With more of our personal lives being shared online, we believe it’s super important for kids to understand how they can keep data and personal information safe. Here are our top tips on how you can do this!
1. Choose a smart password
Although many things can now be unlocked using fingerprint or face ID, all accounts still require a password. The tricky thing is remembering all of them. It’s not a good idea to use the same password for all accounts, as if one account gets hacked, those details can easily be used to access others.
The secret recipe is choosing a password that you can easily remember, but not easy for anyone to guess. These tips can help you set a smart password:
Don’t use any items in your password that people could easily learn about you: if your dog is called Spot or you’re born in July, avoid adding this to your password. Information like this can be easy for people to work out.
If you’ve found a memorable password, strengthen it with capitals, numbers and special characters: Let’s say you decide you like the phrase butterscotchtaffy and that’s something you’ll remember. Having it all letters isn’t very secure, so you can make things harder by replacing some letters with numbers or characters. For example – 8utt3r5c0tc#T@FFY. Check out our short list of characters you can use to replace certain letters in your password.
The most important password to remember is your email’s: many accounts you set up will have your email linked to it. If you forget the password, you can easily click ‘forgot password’ to get a password reset link sent to you. So if you’re finding it hard to remember multiple passwords, just make sure your email password is the one you never forget!
2. Know what you’re sharing
You might be using some sites or apps where you create a profile, post comments or share pictures with friends. It’s important you know who sees what you’re sharing online.
Websites and apps may have settings that are already set on your account. Sometimes these are useful, like receiving a notification when a friend from school messages you online. But other times, some settings might already be switched on which might share your profile to the public.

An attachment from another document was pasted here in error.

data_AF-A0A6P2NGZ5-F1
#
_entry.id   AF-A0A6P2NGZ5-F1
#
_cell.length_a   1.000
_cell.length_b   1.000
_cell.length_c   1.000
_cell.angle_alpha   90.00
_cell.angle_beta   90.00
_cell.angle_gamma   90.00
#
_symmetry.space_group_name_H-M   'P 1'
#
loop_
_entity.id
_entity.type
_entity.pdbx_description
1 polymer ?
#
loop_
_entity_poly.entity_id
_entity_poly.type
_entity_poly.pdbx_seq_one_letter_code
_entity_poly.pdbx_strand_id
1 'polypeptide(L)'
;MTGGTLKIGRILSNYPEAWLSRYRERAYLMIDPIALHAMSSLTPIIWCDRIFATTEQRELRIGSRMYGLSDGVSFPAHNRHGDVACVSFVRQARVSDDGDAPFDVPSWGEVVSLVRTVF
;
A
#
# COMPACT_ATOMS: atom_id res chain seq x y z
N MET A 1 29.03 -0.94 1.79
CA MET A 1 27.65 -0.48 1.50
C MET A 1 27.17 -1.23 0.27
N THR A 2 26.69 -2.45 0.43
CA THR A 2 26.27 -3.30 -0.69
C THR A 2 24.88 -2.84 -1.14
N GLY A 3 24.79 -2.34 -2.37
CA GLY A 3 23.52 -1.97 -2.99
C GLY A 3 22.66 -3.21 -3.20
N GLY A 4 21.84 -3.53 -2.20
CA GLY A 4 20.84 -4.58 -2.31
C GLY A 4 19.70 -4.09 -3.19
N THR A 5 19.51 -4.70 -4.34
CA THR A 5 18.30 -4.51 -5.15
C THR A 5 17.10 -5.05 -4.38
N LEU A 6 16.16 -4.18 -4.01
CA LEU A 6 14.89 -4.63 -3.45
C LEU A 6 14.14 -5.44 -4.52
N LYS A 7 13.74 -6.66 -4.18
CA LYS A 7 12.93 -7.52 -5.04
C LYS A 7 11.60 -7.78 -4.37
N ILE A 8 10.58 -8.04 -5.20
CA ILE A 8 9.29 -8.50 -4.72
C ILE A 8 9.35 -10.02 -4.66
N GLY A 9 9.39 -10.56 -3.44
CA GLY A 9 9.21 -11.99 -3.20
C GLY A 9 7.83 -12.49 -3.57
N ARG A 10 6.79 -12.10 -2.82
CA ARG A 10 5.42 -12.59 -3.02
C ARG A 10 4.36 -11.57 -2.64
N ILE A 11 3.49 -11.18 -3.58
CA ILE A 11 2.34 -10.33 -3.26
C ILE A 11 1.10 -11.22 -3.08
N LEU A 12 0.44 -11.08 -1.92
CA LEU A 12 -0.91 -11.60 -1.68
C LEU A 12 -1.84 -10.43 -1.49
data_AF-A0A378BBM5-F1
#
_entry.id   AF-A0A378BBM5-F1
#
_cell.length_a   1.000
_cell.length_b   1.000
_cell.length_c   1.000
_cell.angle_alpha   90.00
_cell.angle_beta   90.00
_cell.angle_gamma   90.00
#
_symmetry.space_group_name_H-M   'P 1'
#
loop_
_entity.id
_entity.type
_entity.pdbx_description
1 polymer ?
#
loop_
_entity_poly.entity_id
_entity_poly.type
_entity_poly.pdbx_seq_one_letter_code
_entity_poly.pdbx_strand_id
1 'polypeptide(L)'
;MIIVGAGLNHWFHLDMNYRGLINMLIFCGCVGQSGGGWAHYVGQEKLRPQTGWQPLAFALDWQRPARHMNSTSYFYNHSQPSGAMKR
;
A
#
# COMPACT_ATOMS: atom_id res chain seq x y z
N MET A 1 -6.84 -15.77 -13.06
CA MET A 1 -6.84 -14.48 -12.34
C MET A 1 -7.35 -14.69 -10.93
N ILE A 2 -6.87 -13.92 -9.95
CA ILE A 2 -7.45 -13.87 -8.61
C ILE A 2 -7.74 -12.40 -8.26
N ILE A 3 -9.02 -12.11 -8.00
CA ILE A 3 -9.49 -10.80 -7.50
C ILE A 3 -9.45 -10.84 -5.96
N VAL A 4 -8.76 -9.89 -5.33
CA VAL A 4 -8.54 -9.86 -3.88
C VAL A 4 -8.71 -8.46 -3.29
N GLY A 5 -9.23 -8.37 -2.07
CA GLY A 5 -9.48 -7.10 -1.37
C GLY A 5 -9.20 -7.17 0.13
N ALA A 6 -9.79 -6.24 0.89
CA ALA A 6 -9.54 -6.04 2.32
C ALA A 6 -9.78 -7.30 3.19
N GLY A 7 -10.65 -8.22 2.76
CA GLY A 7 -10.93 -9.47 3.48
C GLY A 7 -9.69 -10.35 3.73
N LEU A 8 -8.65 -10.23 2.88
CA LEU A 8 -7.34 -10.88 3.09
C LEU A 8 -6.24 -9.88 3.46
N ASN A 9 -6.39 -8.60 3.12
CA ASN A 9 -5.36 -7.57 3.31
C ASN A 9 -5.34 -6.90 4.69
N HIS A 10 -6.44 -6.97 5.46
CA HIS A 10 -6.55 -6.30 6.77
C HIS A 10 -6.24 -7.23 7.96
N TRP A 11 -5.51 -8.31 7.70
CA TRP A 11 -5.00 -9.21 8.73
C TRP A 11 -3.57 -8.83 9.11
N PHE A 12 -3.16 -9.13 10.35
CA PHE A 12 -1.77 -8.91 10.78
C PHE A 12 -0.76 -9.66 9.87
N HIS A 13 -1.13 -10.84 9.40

All digital or online services will have ‘Account Settings’, a ‘Privacy’ or ‘Preferences’ section where you can find the different data and sharing options. You can go here to limit what you’d like to be notified on or share. Look for this in the accounts menu or settings section.
There are great sites out there which suggest what settings to choose based on your age, but if you’re unsure just ask a parent or guardian.
Not everything online is always as it seems! Although many companies aim to provide safe services for everybody to use, there are some cyber criminals out there who look to trick people.
Ask yourself, is it too good to be true?
You may see an advert to get a free new tablet, by sharing your email and name. Most things don’t come for free and they generally won’t come at such low effort. Scams like this can steal personal information that they can use to try and hack your accounts.
Look out for fake email accounts!
If you receive an email from a company out of the blue, requesting you to click a link and log in, look at the email ‘From’ section before clicking anything. Many hackers use this method called ‘Phishing’ as a way to steal passwords. You can generally tell if the email address isn’t from the company as the @ isn’t their website’s URL – but instead a hotmail or gmail account.
Also, most companies will generally never ask you to login from an email link. The only time this might occur is if you’ve requested a password reset link.
If you’re ever in doubt that a message is real, you can always contact the company on their website and ask.
4. Don’t let the tick trick you!
Stronger rules have been put in place by governments around the world to help you understand and clearly show what you’re agreeing to be sent or share. However there are still companies out there that might try and trick you into accepting these by automatically ticking the boxes for you. Some may also word the statement in a confusing way. E.g. by ticking this box you are accepting not to receive emails from XYZ ltd.
Anytime you see a tick box, take the time to read the statement clearly so you can be happy and confident with what you’re agreeing to!